HEp-2 cells were seeded at 5 × 104 cells per well in 96-well plates the day before, and infected with serially threefold-diluted viral suspensions beginning with 3,000–10,000 p.f.u. per well. For the mCherry assay, MEM without phenol red (Gibco) was used for cell culture and virus dilutions. For the luciferase assay, infected cells were incubated at 37 °C and 5% CO2 for 24 h, then washed in 1 × phosphate-buffered saline (PBS) before lysis with 50 μl of lysis buffer (25 mM Tris pH 7.8, 8 mM MgCl2, 1% Triton X-100, 15% glycerol, 1 mM dithiothreitol) per well for 15 min at room temperature with gentle shaking. Plate and substrate were equilibrated at 37 °C before luciferase activity measurement, expressed in RLU using a Tecan infinite M200PRO plate reader and automatic injection for delivering 100 μl of 2 μM D-luciferin (Sigma) and ATP 10 mM in lysis buffer. For mCherry fluorescence measurement, infected cells were incubated at 37 °C and 5% CO2 for 48 h. Fluorescence could be observed with a fluorescence microscope and was measured using a spectrofluorometer (Tecan infinite M200PRO) with excitation and emission wavelengths of 580 and 620 nm, respectively, (expressed in relative fluorescence units). Non-infected HEp-2 cells were used as standards for fluorescence and luminescence background levels.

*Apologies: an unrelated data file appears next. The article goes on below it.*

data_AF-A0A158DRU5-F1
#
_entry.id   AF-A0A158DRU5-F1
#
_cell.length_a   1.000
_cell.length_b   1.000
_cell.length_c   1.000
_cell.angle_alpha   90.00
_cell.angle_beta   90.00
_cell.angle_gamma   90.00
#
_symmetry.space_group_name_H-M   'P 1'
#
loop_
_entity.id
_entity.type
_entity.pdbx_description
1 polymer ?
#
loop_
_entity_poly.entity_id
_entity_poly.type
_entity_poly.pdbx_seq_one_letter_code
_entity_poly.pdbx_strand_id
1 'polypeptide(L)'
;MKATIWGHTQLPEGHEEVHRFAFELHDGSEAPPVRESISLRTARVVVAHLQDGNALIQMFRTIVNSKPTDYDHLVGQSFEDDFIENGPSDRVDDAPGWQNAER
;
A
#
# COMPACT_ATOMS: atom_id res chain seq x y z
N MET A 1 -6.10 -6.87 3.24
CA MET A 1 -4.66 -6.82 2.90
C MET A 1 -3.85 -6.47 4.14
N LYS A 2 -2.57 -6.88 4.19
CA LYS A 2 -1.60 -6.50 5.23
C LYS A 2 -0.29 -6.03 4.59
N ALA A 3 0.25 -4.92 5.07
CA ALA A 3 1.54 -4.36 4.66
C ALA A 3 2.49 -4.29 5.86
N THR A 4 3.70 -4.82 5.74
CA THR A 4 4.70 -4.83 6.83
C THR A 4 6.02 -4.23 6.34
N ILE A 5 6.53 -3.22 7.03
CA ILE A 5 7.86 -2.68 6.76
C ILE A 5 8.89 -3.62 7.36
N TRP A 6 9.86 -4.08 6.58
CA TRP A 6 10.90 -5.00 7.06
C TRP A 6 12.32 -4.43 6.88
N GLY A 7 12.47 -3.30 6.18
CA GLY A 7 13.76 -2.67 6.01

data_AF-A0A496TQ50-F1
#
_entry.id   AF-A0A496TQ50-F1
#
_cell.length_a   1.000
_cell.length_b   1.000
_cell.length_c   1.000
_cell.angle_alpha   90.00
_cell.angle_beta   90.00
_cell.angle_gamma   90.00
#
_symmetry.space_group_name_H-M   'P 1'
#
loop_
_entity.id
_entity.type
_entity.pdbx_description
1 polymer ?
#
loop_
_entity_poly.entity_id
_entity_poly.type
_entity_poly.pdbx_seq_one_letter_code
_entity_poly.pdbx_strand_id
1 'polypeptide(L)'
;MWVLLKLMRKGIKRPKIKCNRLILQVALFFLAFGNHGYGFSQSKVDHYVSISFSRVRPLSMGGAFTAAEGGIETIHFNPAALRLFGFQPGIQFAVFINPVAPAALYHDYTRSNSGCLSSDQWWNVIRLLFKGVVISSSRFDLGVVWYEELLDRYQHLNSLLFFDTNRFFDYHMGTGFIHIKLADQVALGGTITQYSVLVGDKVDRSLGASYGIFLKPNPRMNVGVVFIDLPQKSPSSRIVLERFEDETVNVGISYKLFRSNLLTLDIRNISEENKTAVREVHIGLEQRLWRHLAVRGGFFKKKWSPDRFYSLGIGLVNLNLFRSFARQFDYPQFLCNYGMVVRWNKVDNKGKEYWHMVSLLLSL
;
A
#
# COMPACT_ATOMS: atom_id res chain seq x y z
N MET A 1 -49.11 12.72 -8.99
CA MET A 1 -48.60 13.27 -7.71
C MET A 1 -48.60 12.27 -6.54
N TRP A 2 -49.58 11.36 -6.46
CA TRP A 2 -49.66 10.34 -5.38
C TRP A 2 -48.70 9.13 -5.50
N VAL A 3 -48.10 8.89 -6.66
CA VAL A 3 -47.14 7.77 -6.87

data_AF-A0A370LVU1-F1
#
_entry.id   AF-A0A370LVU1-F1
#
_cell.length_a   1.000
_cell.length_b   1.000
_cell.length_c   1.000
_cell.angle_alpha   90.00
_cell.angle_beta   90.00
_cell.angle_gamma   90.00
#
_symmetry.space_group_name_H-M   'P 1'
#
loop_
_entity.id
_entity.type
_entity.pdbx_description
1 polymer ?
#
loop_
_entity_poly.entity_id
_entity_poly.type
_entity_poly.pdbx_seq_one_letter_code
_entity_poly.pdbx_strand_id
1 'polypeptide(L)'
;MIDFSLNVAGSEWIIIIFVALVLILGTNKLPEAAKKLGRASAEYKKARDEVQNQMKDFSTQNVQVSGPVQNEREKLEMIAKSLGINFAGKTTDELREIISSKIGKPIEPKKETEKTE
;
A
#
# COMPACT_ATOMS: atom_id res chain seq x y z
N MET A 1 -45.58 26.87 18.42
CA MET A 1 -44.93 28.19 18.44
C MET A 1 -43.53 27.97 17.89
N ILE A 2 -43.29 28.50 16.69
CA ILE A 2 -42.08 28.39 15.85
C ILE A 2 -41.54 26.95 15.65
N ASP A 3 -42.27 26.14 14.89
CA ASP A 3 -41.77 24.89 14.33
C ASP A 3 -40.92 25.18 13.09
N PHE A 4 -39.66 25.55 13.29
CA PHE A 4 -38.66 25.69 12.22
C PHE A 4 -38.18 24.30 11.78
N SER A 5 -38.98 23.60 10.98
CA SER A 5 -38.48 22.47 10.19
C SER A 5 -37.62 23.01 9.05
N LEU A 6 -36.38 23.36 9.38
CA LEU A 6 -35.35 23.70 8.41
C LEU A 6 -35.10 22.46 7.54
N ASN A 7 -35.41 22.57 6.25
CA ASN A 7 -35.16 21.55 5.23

Plaque reduction assays
For plaque reduction assays, the rHRSV-Cherry virus was grown on HEp-2 cells in the presence of serial threefold dilutions of the RSV polymerase inhibitor AZ-27 (refs 25) (27 μM to 4.1 nM) or the RSV fusion inhibitor BMS-433771 analogue AZD4316 (refs 23, 24) (1,000–0.15 nM) and plaques were counted using the plaque assay protocol described above. The plaque numbers were plotted against the compound concentrations. EC50 was graphically determined as the inhibitor concentration inducing 50% reduction of the plaque numbers.
rHRSV-luciferase or rHRSV-mCherry inhibition assay